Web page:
Wither by Lauren DeStefano

Who: Lauren DeStefano
What: Wither
When: March 22nd, 2011
Where: Simon and Schuster
Why: Amazingness
How: For Review

What if you knew exactly when you would die?

Thanks to modern science,
every human being has become a ticking genetic time bomb—males only live to age
twenty-five, and females only live to age twenty. In this bleak landscape, young
girls are kidnapped and forced into polygamous marriages to keep the population
from dying out.

When sixteen-year-old Rhine Ellery is taken by the
Gatherers to become a bride, she enters a world of wealth and privilege. Despite
her husband Linden's genuine love for her, and a tenuous trust among her sister
wives, Rhine has one purpose: to escape—to find her twin brother and go home.

But Rhine has more to contend with than losing her freedom. Linden's
eccentric father is bent on finding an antidote to the genetic virus that is
getting closer to taking his son, even if it means collecting corpses in order
to test his experiments. With the help of Gabriel, a servant Rhine is growing
dangerously attracted to, Rhine attempts to break free, in the limited time she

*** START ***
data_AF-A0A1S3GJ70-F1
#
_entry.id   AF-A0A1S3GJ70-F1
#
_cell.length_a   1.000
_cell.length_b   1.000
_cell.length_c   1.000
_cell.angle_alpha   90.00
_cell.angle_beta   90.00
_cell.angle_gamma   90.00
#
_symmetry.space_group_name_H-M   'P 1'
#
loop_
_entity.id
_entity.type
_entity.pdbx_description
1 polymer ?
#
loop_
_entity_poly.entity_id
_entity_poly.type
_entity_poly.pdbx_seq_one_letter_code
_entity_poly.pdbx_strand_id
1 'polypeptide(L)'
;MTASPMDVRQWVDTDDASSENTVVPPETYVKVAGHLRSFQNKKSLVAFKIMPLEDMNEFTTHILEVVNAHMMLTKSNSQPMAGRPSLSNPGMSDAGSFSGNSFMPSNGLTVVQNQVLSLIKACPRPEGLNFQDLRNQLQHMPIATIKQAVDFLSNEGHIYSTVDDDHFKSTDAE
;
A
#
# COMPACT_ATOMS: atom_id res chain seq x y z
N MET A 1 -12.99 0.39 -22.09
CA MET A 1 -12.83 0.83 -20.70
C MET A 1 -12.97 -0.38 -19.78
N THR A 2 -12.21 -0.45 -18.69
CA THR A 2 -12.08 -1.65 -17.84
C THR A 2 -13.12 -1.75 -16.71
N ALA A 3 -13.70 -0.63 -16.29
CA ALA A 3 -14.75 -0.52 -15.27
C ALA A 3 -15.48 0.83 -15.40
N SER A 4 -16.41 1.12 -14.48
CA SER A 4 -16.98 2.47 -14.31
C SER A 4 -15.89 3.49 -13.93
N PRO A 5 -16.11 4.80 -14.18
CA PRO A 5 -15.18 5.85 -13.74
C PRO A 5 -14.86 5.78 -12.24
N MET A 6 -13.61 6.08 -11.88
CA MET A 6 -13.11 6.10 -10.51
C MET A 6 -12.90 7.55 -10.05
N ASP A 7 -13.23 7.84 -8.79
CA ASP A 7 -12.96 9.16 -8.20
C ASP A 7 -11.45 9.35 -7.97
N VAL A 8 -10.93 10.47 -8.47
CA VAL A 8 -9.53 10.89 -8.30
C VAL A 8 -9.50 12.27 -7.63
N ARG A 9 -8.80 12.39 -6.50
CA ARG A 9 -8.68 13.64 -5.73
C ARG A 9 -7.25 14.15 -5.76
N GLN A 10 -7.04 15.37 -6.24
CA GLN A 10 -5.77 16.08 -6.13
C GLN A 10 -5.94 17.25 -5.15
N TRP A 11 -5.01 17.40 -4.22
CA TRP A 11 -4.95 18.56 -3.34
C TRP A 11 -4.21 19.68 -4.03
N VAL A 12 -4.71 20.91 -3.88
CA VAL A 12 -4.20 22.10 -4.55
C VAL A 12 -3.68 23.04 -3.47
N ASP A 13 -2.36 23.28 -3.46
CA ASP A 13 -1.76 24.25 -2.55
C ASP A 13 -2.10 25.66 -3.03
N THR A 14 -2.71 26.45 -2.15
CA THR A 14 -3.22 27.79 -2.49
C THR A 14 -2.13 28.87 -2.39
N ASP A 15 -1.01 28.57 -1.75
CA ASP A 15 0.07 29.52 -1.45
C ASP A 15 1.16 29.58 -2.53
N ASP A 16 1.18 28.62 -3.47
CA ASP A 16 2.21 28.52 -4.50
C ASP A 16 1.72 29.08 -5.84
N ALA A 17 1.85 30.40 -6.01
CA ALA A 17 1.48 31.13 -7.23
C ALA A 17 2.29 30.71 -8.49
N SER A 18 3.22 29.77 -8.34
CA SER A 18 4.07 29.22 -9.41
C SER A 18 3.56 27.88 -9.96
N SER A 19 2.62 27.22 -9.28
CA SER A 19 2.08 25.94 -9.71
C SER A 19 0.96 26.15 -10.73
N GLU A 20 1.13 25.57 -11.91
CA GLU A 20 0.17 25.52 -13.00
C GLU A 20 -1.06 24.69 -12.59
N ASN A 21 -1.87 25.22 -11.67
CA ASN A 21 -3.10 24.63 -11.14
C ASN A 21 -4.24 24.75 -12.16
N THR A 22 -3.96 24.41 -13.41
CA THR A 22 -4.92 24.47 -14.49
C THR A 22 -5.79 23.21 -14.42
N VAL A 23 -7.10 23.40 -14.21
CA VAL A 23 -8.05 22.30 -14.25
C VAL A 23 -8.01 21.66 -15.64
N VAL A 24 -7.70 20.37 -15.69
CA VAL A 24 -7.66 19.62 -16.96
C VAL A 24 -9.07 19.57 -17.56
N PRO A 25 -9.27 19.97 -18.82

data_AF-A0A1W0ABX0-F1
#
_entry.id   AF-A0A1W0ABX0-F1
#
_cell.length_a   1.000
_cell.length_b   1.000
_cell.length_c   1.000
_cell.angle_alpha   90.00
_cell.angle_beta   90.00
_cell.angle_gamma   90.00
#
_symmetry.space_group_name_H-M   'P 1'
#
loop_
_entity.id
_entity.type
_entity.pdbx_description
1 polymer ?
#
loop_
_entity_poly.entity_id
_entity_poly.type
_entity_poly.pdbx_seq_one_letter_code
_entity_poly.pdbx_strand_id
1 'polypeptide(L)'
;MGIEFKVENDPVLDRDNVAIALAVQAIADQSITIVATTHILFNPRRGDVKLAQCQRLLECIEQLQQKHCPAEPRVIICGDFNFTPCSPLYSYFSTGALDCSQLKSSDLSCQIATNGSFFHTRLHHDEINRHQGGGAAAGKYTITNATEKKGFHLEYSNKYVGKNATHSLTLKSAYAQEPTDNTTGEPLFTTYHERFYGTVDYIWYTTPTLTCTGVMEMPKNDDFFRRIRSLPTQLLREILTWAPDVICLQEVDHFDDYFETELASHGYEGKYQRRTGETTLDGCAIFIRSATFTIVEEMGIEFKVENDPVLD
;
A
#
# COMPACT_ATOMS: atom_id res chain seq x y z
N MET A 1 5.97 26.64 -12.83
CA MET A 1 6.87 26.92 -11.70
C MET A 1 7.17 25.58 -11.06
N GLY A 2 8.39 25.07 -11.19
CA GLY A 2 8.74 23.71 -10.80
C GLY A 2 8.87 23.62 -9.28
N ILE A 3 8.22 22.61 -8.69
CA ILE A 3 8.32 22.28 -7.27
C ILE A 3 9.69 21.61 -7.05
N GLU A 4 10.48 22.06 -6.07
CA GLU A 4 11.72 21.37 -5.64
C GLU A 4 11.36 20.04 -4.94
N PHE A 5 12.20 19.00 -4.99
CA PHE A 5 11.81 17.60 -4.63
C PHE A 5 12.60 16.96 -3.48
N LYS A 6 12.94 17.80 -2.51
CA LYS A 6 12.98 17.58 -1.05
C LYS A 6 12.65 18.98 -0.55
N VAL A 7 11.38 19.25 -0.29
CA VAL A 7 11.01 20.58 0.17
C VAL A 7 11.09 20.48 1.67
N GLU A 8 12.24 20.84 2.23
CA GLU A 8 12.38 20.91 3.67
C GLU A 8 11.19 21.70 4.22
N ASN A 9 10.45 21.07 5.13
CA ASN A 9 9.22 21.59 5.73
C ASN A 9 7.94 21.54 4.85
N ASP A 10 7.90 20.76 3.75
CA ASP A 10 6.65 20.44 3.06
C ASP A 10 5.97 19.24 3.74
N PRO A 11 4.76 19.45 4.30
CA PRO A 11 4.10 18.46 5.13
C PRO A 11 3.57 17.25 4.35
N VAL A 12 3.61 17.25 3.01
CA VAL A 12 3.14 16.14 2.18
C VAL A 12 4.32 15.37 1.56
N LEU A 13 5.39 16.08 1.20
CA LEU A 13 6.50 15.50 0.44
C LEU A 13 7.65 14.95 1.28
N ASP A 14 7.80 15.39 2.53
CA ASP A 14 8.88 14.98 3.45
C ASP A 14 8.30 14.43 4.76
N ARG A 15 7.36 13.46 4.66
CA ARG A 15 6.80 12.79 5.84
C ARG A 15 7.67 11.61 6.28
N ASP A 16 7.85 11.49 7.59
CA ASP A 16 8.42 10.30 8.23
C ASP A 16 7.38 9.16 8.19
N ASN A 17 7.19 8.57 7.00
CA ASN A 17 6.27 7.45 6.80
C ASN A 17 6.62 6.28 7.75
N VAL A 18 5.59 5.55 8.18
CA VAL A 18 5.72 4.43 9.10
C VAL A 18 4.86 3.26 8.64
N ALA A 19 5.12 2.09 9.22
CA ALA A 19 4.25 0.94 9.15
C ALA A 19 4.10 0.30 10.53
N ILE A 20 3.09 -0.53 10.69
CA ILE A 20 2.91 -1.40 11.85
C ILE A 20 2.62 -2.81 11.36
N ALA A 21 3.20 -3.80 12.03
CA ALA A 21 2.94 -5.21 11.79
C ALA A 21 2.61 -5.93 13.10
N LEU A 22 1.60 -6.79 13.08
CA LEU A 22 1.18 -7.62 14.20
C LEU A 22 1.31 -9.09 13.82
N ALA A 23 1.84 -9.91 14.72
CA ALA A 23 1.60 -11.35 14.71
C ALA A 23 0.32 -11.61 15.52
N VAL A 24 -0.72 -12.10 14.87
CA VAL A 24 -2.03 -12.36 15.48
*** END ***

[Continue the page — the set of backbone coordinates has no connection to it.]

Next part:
has left.

This is one of those rare books that just leaves me speechless (which A) NEVER happens since I talk a lot and B) is a PROBLEM when you review books) but I'm going to try my best to explain this dystopian masterpiece.

Wither is the story of Rhine, a girl who lives in a world where females only live to 20 and males to 25, so the need to reproduce is urgent and brought on at an early age. Rhine is kidnapped and forced into being a bride along with 2 others girl, Jenna and Cecily, into a polygamous marriage with Linden, their new husband. Rhine was level-headed, tactical, and knew what she needed to do to survive.

Lauren's writing is lush, beautiful, and descriptive in a way that isn't too overwhelming for the reader to engage in. Her description of the manor in Florida made me nod in approval (as a Floridian, I especially approved of the oranges) and her character development touched my heart. Seeing the three sister wives bond over the course of the novel and really become a large support system, particularly Rhine and Jenna's friendship.

Really, I think I wasn't supposed to love Linden, but I did anyway. He was sweet and loving, though a bit naive, and I just ended up adoring him when it came down to things. His relationship with Rhine, emotionally, was beautifully constructed and had me in tears. Gabriel was an interesting character, though I feel we didn't get to see enough of him in this first installment to make a proper judgement. The parts with him and Rhine were bittersweet, and I loved it that way.

Noticed I used the word beautiful a lot in this post, because really, it's the perfect word to describe Lauren's debut.


Happy Reading!


Related Posts Plugin for WordPress, Blogger...